The 330 is yet another player in the increasingly diverse world of PalmOS-based PDAs. Apart from those manufactured by Palm itself and Palm models rebranded by IBM, there are offerings from Handspring and Sony, as well as a few other players rumoured to be entering the fray in the near future. Can the 330 find its niche in this burgeoning handheld market? What does it have to offer that the others don't? Let's find out.
Size-wise, the 330 is roughly equivalent to a Palm IIIxe or Handspring Visor Deluxe. It's not as big as a Palm IIIc, but certainly not as svelte as Handspring's Edge or Palm's V or m50x series. The 330 could stand to be smaller, but it's small enough for now. Shrinking the size further would have likley sacrificed some of the extra features we'll discuss later.
The 330 only comes in one color scheme, and fortuantely, it doesn't look too bad. Because this is a corporate device, there is only one color option. There's nothing really daring about the 330's appearance. It's black with a silver faceplate and a black flip cover. The finish isn't quite as nice as what you'll find on a Palm Vx of m50x, nor as "cute" as an iMac-lookalike Handspring Visor, but we don't care about looks, do we?
Though it might look like a Palm III, the 330's hardware is anything but. Running a Motorola Dragonball-VZ processor at 33MHz, the 330 equals any other processor in the PalmOS line. Couple that with 2MB of Flash ROM and 8MB of RAM, and you've got as good a core hardware spec as any other Palm-based device. The 330 has everything else you'd expect from the Palm stable, including an IR port, face buttons, a stylus, and so on. There are a few new and original inclusions, as well, which are significant enough to address one at a time.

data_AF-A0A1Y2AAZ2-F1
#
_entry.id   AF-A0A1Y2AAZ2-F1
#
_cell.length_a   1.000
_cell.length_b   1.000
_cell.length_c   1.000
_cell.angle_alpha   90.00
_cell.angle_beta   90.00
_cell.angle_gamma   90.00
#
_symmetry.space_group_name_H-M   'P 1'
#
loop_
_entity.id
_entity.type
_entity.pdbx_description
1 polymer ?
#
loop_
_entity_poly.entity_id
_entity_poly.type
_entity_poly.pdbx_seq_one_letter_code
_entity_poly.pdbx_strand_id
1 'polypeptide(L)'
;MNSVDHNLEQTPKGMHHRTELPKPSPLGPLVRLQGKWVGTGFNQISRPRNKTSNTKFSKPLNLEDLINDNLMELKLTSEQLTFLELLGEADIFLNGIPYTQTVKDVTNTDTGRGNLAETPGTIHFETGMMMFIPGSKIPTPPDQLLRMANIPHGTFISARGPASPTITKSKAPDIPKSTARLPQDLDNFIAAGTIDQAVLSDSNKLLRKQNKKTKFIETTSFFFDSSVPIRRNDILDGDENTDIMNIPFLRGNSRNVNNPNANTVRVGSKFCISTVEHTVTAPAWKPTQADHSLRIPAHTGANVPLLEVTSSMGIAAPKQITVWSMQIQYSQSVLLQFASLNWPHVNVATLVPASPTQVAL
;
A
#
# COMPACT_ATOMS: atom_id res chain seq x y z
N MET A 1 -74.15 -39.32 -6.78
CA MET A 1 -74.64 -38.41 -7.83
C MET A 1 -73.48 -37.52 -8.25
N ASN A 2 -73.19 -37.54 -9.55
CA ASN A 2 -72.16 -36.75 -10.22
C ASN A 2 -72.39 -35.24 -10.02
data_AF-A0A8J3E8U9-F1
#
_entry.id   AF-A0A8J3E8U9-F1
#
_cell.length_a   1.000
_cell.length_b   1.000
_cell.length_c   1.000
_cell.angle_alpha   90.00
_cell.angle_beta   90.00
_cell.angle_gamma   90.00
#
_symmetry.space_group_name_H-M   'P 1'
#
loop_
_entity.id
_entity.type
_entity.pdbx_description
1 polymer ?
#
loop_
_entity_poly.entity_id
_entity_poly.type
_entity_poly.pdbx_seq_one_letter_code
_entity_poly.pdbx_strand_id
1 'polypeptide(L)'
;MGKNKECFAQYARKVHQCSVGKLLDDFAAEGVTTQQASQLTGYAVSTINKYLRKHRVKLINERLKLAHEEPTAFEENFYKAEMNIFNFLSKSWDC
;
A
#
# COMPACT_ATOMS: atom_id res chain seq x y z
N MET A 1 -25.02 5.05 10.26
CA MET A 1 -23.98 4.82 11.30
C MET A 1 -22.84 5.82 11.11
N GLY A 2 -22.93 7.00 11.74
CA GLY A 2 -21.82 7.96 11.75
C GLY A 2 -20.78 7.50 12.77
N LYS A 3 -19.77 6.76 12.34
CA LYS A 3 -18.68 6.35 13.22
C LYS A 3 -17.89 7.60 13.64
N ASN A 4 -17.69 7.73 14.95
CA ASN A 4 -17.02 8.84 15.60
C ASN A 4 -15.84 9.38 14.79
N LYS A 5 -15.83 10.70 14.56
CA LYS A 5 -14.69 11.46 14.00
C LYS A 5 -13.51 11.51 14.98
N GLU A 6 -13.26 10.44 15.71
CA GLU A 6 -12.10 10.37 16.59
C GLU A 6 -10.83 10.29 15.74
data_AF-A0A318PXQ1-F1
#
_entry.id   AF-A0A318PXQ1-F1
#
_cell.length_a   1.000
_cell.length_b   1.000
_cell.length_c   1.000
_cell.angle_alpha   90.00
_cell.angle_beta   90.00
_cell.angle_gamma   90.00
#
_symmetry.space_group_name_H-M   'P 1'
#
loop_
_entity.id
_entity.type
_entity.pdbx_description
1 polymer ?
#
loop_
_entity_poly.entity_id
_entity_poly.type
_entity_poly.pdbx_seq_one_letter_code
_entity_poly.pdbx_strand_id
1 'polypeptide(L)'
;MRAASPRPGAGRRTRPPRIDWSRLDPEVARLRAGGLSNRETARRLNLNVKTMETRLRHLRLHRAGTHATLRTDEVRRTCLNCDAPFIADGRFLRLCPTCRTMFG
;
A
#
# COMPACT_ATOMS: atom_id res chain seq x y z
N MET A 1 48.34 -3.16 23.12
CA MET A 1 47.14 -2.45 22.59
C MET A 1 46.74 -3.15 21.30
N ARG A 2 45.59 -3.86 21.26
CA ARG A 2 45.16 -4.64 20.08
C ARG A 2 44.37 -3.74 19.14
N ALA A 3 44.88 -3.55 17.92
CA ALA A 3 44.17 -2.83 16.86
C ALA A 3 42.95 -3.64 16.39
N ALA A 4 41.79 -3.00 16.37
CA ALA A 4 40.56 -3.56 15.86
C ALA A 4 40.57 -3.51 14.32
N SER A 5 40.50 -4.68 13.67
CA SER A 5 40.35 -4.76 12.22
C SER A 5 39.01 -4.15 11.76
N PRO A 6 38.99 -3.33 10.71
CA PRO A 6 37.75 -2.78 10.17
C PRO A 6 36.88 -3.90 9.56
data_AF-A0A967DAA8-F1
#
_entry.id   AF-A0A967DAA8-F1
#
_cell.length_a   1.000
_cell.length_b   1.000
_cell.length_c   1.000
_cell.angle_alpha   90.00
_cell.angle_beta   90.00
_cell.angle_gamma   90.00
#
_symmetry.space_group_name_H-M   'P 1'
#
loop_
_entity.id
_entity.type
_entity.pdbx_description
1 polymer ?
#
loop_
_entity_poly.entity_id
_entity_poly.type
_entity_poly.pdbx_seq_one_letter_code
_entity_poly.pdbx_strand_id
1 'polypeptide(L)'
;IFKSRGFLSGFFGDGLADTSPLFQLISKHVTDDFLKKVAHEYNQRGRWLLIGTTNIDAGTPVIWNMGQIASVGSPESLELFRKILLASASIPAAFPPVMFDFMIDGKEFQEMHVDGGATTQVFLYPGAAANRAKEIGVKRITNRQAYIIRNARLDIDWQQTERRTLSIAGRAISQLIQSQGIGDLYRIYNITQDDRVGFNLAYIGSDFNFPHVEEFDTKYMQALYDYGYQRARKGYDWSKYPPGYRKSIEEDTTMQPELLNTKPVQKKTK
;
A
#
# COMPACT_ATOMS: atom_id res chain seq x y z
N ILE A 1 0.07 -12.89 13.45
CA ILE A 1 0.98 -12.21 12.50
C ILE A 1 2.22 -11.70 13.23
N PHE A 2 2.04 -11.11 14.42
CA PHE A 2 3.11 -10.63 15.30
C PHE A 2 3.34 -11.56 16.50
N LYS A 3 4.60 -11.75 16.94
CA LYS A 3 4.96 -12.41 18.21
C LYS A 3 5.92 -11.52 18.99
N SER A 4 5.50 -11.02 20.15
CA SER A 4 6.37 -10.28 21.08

|Qualcomm readies up 48-core Centriq 2400 ARM server chip||0|
|BitFenix Shogun chassis goes for internal and external coolness||0|
|AMD and Intel join forces for a bundle of hardware and games||32|
|Report: Samsung Galaxy S8 may go into full-screen mode||19|
|Gigabyte XK700 keyboard will challenge your limits||19|
|Microsoft and Intel set to bring AR to the people with Project Evo||10|
|Global VR Association hits the road with Sony and Samsung in tow||3|
|Fitbit buys Pebble, leaving watch owners in the lurch||19|
|Bluetooth 5 spec promises increased speed, range, and throughput||13|